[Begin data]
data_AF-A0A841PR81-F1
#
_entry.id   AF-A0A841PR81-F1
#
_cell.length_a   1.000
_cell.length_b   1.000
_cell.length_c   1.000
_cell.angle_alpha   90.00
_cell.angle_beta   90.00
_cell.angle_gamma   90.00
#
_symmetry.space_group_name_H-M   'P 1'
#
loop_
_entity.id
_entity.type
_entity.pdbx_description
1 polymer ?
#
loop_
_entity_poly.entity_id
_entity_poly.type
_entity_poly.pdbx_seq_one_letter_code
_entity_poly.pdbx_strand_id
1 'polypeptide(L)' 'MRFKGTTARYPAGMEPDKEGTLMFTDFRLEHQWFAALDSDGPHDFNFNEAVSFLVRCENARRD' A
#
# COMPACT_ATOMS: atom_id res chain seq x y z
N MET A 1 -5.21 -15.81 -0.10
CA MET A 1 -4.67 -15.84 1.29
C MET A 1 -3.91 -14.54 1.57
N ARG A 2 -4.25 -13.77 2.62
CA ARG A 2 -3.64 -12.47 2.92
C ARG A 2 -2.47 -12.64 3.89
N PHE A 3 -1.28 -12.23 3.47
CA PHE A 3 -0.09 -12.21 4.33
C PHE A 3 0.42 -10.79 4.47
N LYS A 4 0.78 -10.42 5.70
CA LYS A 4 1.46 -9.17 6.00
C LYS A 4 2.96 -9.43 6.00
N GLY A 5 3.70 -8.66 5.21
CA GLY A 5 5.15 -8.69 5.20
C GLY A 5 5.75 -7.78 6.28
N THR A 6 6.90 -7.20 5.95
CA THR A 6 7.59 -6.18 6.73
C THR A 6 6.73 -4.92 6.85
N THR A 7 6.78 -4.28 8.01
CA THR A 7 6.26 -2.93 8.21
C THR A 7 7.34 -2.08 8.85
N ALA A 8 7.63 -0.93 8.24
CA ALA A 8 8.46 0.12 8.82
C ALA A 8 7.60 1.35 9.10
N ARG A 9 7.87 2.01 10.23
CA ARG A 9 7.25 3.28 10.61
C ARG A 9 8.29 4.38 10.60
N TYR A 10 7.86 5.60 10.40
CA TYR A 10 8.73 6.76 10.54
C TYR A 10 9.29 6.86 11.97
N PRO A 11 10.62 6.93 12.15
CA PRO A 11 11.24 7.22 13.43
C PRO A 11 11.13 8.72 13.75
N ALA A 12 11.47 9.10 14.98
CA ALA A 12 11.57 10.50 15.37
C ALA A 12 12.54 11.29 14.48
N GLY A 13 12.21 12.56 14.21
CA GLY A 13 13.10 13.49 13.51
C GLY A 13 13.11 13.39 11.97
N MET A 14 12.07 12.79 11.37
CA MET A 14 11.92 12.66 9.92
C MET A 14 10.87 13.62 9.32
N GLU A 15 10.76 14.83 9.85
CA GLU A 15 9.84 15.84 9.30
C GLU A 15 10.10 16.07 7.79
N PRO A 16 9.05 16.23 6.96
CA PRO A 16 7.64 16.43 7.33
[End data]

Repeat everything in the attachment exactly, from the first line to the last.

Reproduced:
data_AF-A0A841PR81-F1
#
_entry.id   AF-A0A841PR81-F1
#
_cell.length_a   1.000
_cell.length_b   1.000
_cell.length_c   1.000
_cell.angle_alpha   90.00
_cell.angle_beta   90.00
_cell.angle_gamma   90.00
#
_symmetry.space_group_name_H-M   'P 1'
#
loop_
_entity.id
_entity.type
_entity.pdbx_description
1 polymer ?
#
loop_
_entity_poly.entity_id
_entity_poly.type
_entity_poly.pdbx_seq_one_letter_code
_entity_poly.pdbx_strand_id
1 'polypeptide(L)' 'MRFKGTTARYPAGMEPDKEGTLMFTDFRLEHQWFAALDSDGPHDFNFNEAVSFLVRCENARRD' A
#
# COMPACT_ATOMS: atom_id res chain seq x y z
N MET A 1 -5.21 -15.81 -0.10
CA MET A 1 -4.67 -15.84 1.29
C MET A 1 -3.91 -14.54 1.57
N ARG A 2 -4.25 -13.77 2.62
CA ARG A 2 -3.64 -12.47 2.92
C ARG A 2 -2.47 -12.64 3.89
N PHE A 3 -1.28 -12.23 3.47
CA PHE A 3 -0.09 -12.21 4.33
C PHE A 3 0.42 -10.79 4.47
N LYS A 4 0.78 -10.42 5.70
CA LYS A 4 1.46 -9.17 6.00
C LYS A 4 2.96 -9.43 6.00
N GLY A 5 3.70 -8.66 5.21
CA GLY A 5 5.15 -8.69 5.20
C GLY A 5 5.75 -7.78 6.28
N THR A 6 6.90 -7.20 5.95
CA THR A 6 7.59 -6.18 6.73
C THR A 6 6.73 -4.92 6.85
N THR A 7 6.78 -4.28 8.01
CA THR A 7 6.26 -2.93 8.21
C THR A 7 7.34 -2.08 8.85
N ALA A 8 7.63 -0.93 8.24
CA ALA A 8 8.46 0.12 8.82
C ALA A 8 7.60 1.35 9.10
N ARG A 9 7.87 2.01 10.23
CA ARG A 9 7.25 3.28 10.61
C ARG A 9 8.29 4.38 10.60
N TYR A 10 7.86 5.60 10.40
CA TYR A 10 8.73 6.76 10.54
C TYR A 10 9.29 6.86 11.97
N PRO A 11 10.62 6.93 12.15
CA PRO A 11 11.24 7.22 13.43
C PRO A 11 11.13 8.72 13.75
N ALA A 12 11.47 9.10 14.98
CA ALA A 12 11.57 10.50 15.37
C ALA A 12 12.54 11.29 14.48
N GLY A 13 12.21 12.56 14.21
CA GLY A 13 13.10 13.49 13.51
C GLY A 13 13.11 13.39 11.97
N MET A 14 12.07 12.79 11.37
CA MET A 14 11.92 12.66 9.92
C MET A 14 10.87 13.62 9.32
N GLU A 15 10.76 14.83 9.85
CA GLU A 15 9.84 15.84 9.30
C GLU A 15 10.10 16.07 7.79
N PRO A 16 9.05 16.23 6.96
CA PRO A 16 7.64 16.43 7.33